South African celebrities stepped up their efforts to help victims of xenophobic attacks over the weekend as a UK campaign for a boycott of music concerts featuring South African artists gathered pace.
Afro-pop group Malaika, involved in the first street demonstrations against the violence that had killed at least 56 people by Tuesday, visited Cleveland police station in Johannesburg where 1000 foreign nationals have sought refuge from South African mobs.
Malaika – scheduled to perform in London on June 14 alongside Bongo Maffin – delivered gifts for women and children.
Lead singer Tshidi Mholo and Bongani Nchang parcelled out napkins, sanitary pads and other toiletries to women and children who have crowded the police station to escape attacks. They urged other celebrities to follow their example.
Jabu Ndaba, the third member of the group, was missing as he battles cancer.
“All the things you see are from our own pockets. We want to send a message of support to those who have been displaced,” Nchang told reporters.
Mholo told of her heartbreak and embarrassment at the wave of anti-foreigner violence which began in the poor township of Alexandra two weeks ago, and had spread to most parts of South Africa this week.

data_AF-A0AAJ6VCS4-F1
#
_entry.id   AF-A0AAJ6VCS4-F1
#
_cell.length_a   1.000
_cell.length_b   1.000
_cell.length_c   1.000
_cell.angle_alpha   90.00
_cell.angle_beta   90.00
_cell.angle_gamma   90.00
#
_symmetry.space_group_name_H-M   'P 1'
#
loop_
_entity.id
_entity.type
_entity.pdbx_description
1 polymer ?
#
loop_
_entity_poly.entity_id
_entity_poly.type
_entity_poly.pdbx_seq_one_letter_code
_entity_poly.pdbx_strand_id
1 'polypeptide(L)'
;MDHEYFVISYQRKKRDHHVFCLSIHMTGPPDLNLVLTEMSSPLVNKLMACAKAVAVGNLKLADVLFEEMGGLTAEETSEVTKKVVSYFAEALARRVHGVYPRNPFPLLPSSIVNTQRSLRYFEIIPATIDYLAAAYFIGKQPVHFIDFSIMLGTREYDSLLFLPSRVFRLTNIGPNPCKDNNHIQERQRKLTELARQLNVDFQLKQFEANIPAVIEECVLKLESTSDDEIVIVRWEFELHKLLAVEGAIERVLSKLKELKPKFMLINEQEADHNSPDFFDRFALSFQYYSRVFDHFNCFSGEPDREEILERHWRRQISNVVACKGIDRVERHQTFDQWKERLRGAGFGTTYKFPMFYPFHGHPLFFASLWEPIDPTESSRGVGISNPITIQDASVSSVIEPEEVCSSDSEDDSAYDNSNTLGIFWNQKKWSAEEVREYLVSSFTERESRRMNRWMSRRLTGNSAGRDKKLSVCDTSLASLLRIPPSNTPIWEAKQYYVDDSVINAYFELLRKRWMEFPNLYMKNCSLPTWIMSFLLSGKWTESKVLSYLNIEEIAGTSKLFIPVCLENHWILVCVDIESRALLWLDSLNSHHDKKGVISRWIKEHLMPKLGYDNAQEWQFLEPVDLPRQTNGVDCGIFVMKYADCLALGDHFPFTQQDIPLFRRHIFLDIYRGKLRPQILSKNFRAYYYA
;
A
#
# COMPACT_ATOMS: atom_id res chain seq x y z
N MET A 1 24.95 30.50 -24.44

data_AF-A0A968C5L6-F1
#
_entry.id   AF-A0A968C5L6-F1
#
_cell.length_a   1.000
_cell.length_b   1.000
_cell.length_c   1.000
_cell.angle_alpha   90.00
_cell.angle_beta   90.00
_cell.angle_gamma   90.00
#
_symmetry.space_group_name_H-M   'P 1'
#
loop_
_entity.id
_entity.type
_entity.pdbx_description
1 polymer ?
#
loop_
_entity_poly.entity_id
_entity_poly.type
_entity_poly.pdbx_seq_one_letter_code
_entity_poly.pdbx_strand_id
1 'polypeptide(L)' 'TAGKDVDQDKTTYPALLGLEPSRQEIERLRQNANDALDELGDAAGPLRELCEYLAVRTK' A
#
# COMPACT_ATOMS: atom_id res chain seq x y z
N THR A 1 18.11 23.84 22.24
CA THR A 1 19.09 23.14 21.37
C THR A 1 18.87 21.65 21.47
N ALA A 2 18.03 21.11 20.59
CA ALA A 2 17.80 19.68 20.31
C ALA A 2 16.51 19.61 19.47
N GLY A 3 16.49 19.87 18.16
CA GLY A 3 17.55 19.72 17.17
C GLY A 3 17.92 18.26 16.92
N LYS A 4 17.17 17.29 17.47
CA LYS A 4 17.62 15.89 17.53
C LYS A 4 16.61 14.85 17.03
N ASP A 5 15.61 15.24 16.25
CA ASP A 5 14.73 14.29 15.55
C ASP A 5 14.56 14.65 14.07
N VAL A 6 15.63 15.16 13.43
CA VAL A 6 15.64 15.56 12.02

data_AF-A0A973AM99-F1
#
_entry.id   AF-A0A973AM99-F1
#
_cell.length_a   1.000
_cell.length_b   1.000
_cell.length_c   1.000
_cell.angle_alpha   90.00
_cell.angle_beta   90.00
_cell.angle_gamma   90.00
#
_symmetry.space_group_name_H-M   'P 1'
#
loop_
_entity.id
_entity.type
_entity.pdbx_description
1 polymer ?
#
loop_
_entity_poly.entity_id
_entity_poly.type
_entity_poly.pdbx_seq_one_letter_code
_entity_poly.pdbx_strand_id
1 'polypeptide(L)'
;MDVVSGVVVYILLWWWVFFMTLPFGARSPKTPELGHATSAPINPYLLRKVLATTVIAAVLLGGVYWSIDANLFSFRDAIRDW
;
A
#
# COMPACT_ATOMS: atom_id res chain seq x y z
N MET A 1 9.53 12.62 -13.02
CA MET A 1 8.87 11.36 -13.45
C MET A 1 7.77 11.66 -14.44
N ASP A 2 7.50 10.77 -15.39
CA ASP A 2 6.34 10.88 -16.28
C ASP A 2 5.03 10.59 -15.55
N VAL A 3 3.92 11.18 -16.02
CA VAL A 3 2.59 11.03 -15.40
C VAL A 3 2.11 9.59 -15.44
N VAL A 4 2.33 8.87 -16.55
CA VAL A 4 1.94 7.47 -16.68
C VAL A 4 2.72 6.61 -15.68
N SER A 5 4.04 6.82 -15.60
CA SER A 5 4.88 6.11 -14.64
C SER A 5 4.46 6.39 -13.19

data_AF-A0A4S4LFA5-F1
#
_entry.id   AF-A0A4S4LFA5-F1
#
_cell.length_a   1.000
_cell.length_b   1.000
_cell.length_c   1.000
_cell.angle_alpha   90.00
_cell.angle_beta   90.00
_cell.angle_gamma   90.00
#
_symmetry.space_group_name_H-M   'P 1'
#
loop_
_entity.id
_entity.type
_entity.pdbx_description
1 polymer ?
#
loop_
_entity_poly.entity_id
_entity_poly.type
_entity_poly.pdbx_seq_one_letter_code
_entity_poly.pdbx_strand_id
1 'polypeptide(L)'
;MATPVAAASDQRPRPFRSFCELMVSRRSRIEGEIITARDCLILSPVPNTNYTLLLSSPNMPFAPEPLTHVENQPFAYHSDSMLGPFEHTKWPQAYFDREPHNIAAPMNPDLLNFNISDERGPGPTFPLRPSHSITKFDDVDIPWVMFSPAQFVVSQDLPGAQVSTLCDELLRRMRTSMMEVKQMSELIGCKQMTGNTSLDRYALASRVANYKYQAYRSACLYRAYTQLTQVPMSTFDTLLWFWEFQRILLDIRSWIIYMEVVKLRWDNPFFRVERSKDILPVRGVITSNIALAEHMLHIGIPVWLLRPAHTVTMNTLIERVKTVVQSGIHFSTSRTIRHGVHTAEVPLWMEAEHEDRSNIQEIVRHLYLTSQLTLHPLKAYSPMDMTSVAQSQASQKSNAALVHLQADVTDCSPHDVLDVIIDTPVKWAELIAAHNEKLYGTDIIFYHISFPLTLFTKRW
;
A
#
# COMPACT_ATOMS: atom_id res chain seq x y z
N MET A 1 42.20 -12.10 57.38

She said: “I feel South Africans need to get over their bitterness. As a woman, I was more concerned about the women and children.
“I can identify with what they are going through because during the uprisings against apartheid, my mother was pregnant with me.”
Elsewhere, relentless campaigner, YFM’s DJ Sbu, led artists from TS Records where he is an executive to deliver a truckload of clothes, blankets and food to some 1000 people holed up at Thokoza Auditorium in Ekurhuleni.
DJ Sbu, who has been campaigning on his morning show for the violence to stop, was joined by hip-hop singer Pro, actor Tumisho Masha and Mafikizolo lead singer, Nhlanhla Nciza.
Sbu told the delighted crowd: “We are here to show our support and emphasise that the youth of South Africa are against these senseless killings.”
South African government officials said the violence was subsiding after troops were deployed to trouble spots. But aid agencies say up to 30 000 people have been displaced and thousands more are fleeing to South Africa’s borders, many returning to their countries in the region.
In the UK, a text-message and e-mail campaign has been gathering pace to boycott South African gigs, but the campaign is opposed by many who point to the good work done by South African artists since the violence began.
And Professor, from Durban-based kwaito group Professor & T Zozo, told New Zimbabwe.com in Birmingham on Sunday: “This is not time for Africans to unite against these hoodlums, not pick up fights with easy targets. I don’t know of one good South African who approves of this. And the artists have led from the front.”